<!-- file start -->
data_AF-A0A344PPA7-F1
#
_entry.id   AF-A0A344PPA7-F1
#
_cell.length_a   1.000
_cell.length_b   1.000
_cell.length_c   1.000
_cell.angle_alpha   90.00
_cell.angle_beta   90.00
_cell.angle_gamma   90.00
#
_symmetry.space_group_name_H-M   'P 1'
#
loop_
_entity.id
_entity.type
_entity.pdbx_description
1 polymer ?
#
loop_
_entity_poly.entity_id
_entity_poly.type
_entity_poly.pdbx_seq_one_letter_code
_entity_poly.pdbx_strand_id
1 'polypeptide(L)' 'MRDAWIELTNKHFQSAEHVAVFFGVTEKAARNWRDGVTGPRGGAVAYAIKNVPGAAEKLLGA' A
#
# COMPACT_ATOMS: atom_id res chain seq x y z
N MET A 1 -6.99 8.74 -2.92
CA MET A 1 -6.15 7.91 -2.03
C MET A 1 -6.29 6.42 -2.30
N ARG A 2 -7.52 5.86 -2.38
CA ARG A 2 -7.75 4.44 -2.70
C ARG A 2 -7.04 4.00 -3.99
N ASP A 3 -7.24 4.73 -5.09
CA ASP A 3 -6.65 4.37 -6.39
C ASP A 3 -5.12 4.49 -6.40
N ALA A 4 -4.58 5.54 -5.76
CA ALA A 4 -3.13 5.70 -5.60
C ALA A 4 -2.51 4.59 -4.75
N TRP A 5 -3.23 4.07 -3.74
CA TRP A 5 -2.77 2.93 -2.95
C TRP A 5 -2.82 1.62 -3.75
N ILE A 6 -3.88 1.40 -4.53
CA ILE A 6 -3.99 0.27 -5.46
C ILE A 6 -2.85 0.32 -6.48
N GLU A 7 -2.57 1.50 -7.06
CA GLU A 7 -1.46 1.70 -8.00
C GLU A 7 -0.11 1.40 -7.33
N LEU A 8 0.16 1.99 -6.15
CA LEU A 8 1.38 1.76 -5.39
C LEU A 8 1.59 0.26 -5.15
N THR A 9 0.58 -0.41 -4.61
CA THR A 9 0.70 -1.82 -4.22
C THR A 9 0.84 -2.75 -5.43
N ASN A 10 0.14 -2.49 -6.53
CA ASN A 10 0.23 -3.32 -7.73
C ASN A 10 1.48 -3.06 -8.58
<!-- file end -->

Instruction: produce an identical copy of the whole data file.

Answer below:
data_AF-A0A344PPA7-F1
#
_entry.id   AF-A0A344PPA7-F1
#
_cell.length_a   1.000
_cell.length_b   1.000
_cell.length_c   1.000
_cell.angle_alpha   90.00
_cell.angle_beta   90.00
_cell.angle_gamma   90.00
#
_symmetry.space_group_name_H-M   'P 1'
#
loop_
_entity.id
_entity.type
_entity.pdbx_description
1 polymer ?
#
loop_
_entity_poly.entity_id
_entity_poly.type
_entity_poly.pdbx_seq_one_letter_code
_entity_poly.pdbx_strand_id
1 'polypeptide(L)' 'MRDAWIELTNKHFQSAEHVAVFFGVTEKAARNWRDGVTGPRGGAVAYAIKNVPGAAEKLLGA' A
#
# COMPACT_ATOMS: atom_id res chain seq x y z
N MET A 1 -6.99 8.74 -2.92
CA MET A 1 -6.15 7.91 -2.03
C MET A 1 -6.29 6.42 -2.30
N ARG A 2 -7.52 5.86 -2.38
CA ARG A 2 -7.75 4.44 -2.70
C ARG A 2 -7.04 4.00 -3.99
N ASP A 3 -7.24 4.73 -5.09
CA ASP A 3 -6.65 4.37 -6.39
C ASP A 3 -5.12 4.49 -6.40
N ALA A 4 -4.58 5.54 -5.76
CA ALA A 4 -3.13 5.70 -5.60
C ALA A 4 -2.51 4.59 -4.75
N TRP A 5 -3.23 4.07 -3.74
CA TRP A 5 -2.77 2.93 -2.95
C TRP A 5 -2.82 1.62 -3.75
N ILE A 6 -3.88 1.40 -4.53
CA ILE A 6 -3.99 0.27 -5.46
C ILE A 6 -2.85 0.32 -6.48
N GLU A 7 -2.57 1.50 -7.06
CA GLU A 7 -1.46 1.70 -8.00
C GLU A 7 -0.11 1.40 -7.33
N LEU A 8 0.16 1.99 -6.15
CA LEU A 8 1.38 1.76 -5.39
C LEU A 8 1.59 0.26 -5.15
N THR A 9 0.58 -0.41 -4.61
CA THR A 9 0.70 -1.82 -4.22
C THR A 9 0.84 -2.75 -5.43
N ASN A 10 0.14 -2.49 -6.53
CA ASN A 10 0.23 -3.32 -7.73
C ASN A 10 1.48 -3.06 -8.58